Faith in Romans – Part 2

Aren’t you grateful that you are not depending upon someone’s imagination as a believer?  Stories did not capture the attention of the first generation of Christians.  Captivating, inventive perceptions about the origins of human life didn’t spread through the ancient Roman Empire when Christianity flourished.  The faith of God’s people captivated the world.  Faith is the substance of things hoped for, the evidence of things not seen (see Hebrews 11.1).  Imagination or Faith

“Obedience to the faith” in Romans 1.4-5 is a faith that obeys.  Part 1 explored the first-mention of faith in Romans.  It emphasized that all people without exception have faith, but the object of any person’s faith is crucial.  Once anyone’s faith is placed in the name of Jesus Christ (His person and work), God assuredly saves that person (John 5.23; 6.47).  However a Christian must continue to believe in order to be assured of what he most certainly possesses (John 20.31; 1 John 5.13).  Next, Paul writes:

First, I thank my God through Jesus Christ for you all, that your faith is spoken of throughout the whole world (Romans 1.8).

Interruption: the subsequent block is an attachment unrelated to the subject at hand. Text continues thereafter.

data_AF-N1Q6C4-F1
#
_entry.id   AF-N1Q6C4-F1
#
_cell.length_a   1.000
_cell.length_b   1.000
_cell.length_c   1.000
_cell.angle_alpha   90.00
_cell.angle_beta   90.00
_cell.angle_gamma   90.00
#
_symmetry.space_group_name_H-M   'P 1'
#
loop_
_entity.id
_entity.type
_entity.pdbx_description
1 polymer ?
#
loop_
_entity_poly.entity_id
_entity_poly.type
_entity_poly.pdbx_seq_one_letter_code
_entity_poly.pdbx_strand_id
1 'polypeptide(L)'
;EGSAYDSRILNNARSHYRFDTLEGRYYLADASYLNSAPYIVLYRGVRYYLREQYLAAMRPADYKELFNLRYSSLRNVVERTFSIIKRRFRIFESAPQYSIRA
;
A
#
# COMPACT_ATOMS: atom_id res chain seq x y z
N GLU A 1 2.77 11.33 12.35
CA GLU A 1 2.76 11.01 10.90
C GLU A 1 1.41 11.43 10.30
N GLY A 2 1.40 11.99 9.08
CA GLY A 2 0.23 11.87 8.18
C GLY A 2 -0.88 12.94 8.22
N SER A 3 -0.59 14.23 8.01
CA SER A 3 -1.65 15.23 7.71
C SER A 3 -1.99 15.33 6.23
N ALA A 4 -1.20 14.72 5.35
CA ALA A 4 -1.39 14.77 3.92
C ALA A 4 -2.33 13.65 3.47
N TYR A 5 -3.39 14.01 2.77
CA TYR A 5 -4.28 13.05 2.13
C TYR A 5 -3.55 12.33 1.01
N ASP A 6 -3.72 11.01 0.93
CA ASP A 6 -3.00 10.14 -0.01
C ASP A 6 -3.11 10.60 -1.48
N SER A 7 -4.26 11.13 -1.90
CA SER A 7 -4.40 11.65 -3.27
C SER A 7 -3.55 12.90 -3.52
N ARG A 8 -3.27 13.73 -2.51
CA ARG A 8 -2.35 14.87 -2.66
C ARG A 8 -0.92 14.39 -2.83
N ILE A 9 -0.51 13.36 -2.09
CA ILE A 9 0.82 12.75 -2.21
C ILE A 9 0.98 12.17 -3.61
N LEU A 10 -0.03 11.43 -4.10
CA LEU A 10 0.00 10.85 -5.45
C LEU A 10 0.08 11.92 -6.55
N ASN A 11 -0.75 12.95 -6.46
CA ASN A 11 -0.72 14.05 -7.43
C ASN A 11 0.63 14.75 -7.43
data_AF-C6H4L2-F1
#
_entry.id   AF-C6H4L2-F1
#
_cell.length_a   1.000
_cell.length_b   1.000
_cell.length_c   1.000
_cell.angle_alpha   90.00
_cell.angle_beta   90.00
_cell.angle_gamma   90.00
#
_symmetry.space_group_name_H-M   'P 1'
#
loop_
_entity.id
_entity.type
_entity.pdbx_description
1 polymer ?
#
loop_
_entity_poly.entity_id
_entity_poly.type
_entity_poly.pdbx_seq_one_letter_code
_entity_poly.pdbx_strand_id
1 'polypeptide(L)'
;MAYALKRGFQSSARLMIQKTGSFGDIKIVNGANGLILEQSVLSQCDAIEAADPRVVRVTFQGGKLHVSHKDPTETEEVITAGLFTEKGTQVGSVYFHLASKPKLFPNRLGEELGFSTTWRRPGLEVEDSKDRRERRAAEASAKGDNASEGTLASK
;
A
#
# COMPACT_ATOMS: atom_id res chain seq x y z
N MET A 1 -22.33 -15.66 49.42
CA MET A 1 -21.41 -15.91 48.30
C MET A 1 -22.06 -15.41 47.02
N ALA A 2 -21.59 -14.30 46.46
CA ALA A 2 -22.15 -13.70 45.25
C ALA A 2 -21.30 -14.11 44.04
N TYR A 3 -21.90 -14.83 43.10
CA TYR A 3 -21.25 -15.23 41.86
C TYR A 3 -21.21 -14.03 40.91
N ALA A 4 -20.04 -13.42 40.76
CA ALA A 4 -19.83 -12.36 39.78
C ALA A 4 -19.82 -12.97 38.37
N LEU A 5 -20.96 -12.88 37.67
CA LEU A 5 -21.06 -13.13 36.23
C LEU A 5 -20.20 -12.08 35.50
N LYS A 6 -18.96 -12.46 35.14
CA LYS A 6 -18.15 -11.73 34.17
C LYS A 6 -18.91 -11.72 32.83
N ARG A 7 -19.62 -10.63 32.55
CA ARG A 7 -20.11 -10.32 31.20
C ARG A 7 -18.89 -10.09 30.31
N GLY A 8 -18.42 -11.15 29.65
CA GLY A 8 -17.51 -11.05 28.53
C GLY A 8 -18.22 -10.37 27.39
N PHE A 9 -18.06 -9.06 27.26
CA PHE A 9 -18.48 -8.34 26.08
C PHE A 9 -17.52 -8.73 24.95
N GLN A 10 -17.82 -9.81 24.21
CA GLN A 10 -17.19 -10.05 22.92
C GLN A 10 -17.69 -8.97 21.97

Paul had never visited Rome.  Yet he thanks God for these believers through the one and only Mediator, Jesus Christ.  There were Romans present at Pentecost when Peter preached and the Holy Spirit indwelt the body of Christ.  These Roman Gentiles placed their faith in Jesus Christ.  Note the text states that it was clearly their faith.  They possessed it.  It belonged to them.

Such vibrant faith is so radiant that it gains a reputation in the world.  But it cannot be vibrant and radiant if it is not placed in Jesus Christ.  All other faith is dead according James 2.14-17.  Even the demons have faith, and they are supernatural beings.  Paul will later contrast the law of works with the law of faith (Romans 3.27-31).  This passage clearly teaches that faith cannot be a work.  Again, it is reliance upon the work of God.  God’s grace is at work in a through the Roman believers as they continue to believe.  They believed at a point-in-time to gain their position (Romans 1-4); they continue to believe throughout the remainder of their lives so that they may gain a reputation (Romans 6-8).

Many are ambivalent when it comes to what others think of them.  They are not too concerned about their reputation.  Although, admittedly, some are way too concerned about it.  Often Christians make sanctimonious and pretentious statements to cover up spiritual immaturity and bolster a pseudo-spirituality which will not stand.  The fact of the matter is that a Christian’s testimony or reputation is very important.  But it must be genuine.  We produce holy lives for the glory of God by faith.  This should be spoken of throughout the whole world.

Faith in Romans – Part 1